The latest discovery
Plant leaf surfaces contain specialized structures called stomata. Much as the pores in our skin open and close, plant stomata open and close in response to temperature, gas, and water in the environment. As climate change poses a critical threat to crop production, scientists are seeking to better understand how these specialized structures help plants better respond to drought.
Maize (corn) and other related crops have evolved an extra stomatal cell as compared to plants such as lettuce that are poorly adapted to drought. This specialized cell, the "subsidiary cell," accelerates a plant’s ability to open and close its stomata. Gaining understanding of the genetic and functional mechanisms of how this adaptation works is critical to improve food security.
Using the single nucleus isolation and sequencing techniques that he earlier developed, Galbraith, along with Dr. Guiling Sun and Dr. Chun Peng Song from Henan University in China and student Designated Campus Colleagues at BIO5, found differences in gene activation in the unique cell types of maize stomata. Their new findings shed light on how these specialized crops have evolved to swiftly respond to drought.
According to Galbraith, this cell-specific catalog of responsive genes within stomata will be invaluable in developing specific interventions directed at regulation of stomatal opening and closure in anticipation of changes in weather. It also provides a roadmap for further understanding of how such movement is achieved and regulated.
Implications for this work span precision agriculture. In one aspect of this, crops can be selectively developed to overcome environmental challenges and ultimately increase yield to feed the rapidly growing population.
Of local importance is the observation that more than 80% of the water in the Colorado River is dedicated to agriculture, but with poor monsoon seasons and increasing periods of drought, this precious resource is dwindling. Thus, by understanding how plant stomata have evolved to better handle drought, scientists can devise molecularly targeted ways to increase crop yields while decreasing needs for irrigation.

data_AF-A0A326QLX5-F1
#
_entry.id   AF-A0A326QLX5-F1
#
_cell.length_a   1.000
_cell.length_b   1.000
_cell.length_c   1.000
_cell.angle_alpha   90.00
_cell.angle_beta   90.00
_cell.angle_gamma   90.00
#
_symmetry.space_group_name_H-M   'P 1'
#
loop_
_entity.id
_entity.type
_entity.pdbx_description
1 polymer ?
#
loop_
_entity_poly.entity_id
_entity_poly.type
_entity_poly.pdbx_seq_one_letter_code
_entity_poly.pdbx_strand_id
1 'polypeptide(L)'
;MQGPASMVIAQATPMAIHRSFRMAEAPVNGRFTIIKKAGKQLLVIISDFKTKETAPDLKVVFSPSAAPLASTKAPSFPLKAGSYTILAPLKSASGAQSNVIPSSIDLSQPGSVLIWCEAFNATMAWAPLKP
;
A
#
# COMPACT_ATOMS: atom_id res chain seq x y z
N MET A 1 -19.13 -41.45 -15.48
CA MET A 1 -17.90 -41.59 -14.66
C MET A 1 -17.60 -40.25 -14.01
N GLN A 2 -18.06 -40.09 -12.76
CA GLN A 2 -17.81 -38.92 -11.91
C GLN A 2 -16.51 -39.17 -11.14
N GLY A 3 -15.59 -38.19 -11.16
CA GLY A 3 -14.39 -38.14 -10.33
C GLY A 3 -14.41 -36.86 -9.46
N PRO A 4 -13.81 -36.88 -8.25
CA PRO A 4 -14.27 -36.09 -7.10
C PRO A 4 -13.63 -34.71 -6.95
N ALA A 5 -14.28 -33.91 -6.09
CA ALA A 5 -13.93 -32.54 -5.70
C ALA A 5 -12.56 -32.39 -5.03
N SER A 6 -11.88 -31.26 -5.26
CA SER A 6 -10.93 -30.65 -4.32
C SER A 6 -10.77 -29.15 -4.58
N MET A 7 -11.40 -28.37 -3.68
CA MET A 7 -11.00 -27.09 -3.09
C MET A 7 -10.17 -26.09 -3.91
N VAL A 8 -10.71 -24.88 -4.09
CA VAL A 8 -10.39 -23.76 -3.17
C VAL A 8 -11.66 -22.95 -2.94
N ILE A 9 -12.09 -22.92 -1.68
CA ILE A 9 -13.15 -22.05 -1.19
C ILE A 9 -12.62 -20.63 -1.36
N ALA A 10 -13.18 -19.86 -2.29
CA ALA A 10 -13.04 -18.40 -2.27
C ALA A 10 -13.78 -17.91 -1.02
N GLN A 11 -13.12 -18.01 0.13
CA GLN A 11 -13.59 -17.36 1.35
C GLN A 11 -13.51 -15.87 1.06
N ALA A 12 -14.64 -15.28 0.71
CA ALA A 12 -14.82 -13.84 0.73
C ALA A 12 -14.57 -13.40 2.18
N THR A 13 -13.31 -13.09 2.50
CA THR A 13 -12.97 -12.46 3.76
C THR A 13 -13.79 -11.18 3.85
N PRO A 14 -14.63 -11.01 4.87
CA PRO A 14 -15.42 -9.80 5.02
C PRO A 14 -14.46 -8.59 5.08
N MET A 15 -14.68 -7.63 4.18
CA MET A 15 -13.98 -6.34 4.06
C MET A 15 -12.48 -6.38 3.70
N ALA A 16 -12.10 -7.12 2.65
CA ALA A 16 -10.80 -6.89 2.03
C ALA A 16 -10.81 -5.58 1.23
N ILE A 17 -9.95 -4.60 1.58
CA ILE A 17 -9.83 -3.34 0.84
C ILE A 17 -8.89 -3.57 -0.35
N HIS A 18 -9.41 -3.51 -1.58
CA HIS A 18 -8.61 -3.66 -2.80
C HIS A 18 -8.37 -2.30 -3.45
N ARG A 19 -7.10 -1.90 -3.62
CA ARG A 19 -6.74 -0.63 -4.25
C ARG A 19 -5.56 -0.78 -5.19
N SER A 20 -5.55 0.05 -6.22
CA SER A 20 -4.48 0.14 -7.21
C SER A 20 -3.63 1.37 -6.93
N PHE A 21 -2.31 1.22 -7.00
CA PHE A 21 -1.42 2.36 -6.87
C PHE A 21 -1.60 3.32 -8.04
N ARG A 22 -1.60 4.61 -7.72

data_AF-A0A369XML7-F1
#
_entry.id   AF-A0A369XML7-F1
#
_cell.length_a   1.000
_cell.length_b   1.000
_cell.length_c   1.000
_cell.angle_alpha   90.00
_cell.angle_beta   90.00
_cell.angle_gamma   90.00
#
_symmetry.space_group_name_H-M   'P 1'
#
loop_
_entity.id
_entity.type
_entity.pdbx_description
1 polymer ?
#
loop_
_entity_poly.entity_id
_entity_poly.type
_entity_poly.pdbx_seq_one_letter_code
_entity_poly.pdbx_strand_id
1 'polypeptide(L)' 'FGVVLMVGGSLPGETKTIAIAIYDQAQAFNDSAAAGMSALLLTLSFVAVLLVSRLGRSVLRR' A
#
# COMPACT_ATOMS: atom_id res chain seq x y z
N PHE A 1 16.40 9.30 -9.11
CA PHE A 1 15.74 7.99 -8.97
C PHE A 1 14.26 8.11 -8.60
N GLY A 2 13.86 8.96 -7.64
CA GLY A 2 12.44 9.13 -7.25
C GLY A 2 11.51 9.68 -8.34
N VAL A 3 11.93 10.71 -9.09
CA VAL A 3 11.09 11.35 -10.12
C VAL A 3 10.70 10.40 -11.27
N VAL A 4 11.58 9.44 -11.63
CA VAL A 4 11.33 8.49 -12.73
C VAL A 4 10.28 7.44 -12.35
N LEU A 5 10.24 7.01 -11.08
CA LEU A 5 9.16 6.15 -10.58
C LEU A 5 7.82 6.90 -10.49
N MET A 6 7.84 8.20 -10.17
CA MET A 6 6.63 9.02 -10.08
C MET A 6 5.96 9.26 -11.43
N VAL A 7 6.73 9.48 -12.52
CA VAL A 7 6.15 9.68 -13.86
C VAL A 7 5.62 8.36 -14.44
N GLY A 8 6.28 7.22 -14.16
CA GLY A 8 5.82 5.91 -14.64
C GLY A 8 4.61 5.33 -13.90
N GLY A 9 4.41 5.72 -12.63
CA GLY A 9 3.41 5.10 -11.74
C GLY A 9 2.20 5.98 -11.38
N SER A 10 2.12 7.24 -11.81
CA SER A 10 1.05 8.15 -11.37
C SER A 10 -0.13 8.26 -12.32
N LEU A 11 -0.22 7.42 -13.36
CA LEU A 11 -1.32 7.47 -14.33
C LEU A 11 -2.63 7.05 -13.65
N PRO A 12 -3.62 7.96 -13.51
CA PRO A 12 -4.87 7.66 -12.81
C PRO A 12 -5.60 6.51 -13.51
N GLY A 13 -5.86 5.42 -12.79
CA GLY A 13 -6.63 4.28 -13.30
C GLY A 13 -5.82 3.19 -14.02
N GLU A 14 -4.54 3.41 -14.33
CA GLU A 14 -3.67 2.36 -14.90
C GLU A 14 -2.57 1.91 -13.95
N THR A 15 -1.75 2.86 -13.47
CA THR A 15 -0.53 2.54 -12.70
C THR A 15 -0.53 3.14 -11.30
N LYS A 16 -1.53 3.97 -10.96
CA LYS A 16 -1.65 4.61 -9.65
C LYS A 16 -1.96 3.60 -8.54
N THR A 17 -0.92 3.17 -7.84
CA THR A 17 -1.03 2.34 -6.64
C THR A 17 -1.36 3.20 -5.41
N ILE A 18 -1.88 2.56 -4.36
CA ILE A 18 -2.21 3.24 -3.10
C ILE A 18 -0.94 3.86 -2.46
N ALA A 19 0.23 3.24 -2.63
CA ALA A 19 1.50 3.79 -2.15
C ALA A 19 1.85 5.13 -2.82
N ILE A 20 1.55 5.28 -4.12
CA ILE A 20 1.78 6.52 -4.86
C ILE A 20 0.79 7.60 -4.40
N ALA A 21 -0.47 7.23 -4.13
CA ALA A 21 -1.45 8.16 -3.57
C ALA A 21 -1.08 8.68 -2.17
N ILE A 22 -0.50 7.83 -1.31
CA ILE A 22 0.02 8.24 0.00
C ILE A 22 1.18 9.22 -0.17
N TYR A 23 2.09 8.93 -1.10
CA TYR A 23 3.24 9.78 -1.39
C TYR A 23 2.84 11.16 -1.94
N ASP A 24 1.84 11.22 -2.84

In another example, the Galbraith laboratory collaborated with Israeli scientists to illuminate the genetic mechanisms whereby grapes, triggered by cold, naturally enter a protective dormant stage during the winter.
“Dissection of cell type-specific responses at the level of genes using our new techniques should enable scientists to discover and deploy chemicals to push their crops into dormancy as the winters become warmer and shorter with the changing climate, thus ultimately protecting the crop to improve yield,” Galbraith said.
Isolating nuclei and assessing genetic information can also be useful in animals. These tiny structures and their genetic messages in postmortem samples might be able to give clues as to whether diseased tissues responded to treatments.
Though Galbraith and his colleagues have discovered a great deal about plants with their novel methodologies in the last thirty years, there are still many “unsolved puzzles.”
Galbraith is currently studying ways to further dissect multicellular organisms at the level of single cells. At the level of the cells themselves, scientists are still trying to determine the ways that they cooperate in growth from the fertilized egg to the final adult form of the organism. Finally, at the level of the nuclei, Galbraith says it’s not entirely clear whether cells within a single individual contain identical genomes.
These mysteries and more will likely be unraveled with the help of Galbraith’s pioneering technologies and dedication to enhancing the understanding of biology’s most complex organisms.
The BIO5 Institute at the University of Arizona connects and mobilizes top researchers in agriculture, engineering, medicine, pharmacy, data and computational science, and basic science to find creative solutions to humanity’s most pressing health and environmental challenges. Since 2001, this interdisciplinary approach has been an international model of how to conduct collaborative research, and has resulted in disease prevention strategies, innovative diagnostics and devices, promising new therapies, and improved food sustainability. Learn more at BIO5.ORG.
About the Technology and Research Initiative Fund (TRIF)
The Technology and Research Initiative Fund (TRIF) that helped launch BIO5 in 2001 continues to be a catalyst in enabling effective, cross-disciplinary bioscience research and innovation at the University of Arizona, where initiatives and projects are carefully chosen to align with areas of state and national need. Since 2001, $135M has been invested in building critical facilities and research services that UArizona is leveraging today to respond to the world’s greatest scientific challenges. TRIF resources are also instrumental in funding events and programming that promotes STEM education, outreach, and training.